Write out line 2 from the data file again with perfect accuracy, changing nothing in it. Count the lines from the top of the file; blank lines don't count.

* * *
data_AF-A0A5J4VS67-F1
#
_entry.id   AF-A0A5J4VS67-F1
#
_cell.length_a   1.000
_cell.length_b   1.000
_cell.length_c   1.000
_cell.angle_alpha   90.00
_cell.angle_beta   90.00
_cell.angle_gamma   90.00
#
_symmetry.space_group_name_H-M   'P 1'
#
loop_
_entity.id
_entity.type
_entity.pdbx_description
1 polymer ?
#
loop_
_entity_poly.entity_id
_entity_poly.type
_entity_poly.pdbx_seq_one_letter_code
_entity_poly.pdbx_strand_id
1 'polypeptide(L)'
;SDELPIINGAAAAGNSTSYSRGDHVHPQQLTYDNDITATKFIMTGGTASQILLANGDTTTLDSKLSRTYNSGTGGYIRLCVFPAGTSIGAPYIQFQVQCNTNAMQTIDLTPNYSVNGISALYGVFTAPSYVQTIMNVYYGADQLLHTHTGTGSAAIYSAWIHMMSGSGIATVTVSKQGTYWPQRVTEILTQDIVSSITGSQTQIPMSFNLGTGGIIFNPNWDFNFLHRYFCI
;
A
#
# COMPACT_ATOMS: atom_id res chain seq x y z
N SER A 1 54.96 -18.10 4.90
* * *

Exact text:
#